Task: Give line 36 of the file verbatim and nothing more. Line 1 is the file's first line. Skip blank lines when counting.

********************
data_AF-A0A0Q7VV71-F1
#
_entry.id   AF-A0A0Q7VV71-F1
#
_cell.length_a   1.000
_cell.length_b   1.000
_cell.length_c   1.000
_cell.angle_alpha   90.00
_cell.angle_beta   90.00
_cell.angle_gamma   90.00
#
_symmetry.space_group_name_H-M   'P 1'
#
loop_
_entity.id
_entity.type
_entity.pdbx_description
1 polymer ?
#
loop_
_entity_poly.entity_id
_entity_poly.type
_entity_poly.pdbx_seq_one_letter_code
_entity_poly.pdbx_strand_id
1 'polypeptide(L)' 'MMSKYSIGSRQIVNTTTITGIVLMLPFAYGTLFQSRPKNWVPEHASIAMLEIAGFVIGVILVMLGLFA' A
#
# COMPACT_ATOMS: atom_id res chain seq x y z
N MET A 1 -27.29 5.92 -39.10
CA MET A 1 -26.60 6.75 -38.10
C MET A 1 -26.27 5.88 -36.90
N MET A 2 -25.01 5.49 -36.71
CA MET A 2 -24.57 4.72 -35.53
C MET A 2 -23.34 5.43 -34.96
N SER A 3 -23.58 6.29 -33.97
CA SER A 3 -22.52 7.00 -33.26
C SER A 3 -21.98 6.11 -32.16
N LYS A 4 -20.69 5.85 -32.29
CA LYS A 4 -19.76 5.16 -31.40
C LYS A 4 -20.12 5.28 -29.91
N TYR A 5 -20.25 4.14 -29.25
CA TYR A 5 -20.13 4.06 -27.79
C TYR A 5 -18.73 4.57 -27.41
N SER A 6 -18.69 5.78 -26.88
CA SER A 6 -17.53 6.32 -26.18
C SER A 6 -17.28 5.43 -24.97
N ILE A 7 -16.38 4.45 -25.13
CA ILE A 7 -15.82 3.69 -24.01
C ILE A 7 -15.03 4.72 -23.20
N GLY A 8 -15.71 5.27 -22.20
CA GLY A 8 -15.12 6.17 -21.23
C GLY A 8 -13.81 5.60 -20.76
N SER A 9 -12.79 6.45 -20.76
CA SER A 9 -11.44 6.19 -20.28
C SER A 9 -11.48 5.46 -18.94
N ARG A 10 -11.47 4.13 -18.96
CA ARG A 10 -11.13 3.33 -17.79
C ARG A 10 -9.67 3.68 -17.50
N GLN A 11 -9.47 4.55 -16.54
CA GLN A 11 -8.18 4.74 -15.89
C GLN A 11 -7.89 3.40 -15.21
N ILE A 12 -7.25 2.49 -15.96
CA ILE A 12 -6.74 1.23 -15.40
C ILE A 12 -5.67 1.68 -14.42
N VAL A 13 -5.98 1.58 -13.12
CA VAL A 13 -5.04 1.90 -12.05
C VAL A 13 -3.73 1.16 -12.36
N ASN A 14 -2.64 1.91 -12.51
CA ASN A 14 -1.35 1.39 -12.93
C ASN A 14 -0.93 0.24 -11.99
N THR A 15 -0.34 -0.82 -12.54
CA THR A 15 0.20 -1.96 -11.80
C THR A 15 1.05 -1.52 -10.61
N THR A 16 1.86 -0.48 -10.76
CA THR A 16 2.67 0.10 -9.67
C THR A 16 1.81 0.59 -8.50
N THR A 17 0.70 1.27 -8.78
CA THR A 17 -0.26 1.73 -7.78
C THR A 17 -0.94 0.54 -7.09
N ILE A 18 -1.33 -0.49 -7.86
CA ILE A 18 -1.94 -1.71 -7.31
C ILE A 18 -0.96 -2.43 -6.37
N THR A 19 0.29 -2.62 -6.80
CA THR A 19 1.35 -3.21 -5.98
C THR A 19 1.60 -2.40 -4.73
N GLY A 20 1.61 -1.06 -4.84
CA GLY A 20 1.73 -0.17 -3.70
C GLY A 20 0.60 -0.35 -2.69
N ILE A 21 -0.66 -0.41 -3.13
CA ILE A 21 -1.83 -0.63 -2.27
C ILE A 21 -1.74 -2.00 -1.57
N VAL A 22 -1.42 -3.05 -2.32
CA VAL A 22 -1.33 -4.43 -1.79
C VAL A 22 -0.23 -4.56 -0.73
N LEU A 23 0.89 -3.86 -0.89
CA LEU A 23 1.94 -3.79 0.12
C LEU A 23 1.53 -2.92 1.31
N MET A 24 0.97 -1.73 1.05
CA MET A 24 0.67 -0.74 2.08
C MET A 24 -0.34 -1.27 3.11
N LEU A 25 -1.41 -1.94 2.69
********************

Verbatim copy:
C SER A 3 -21.98 6.11 -32.16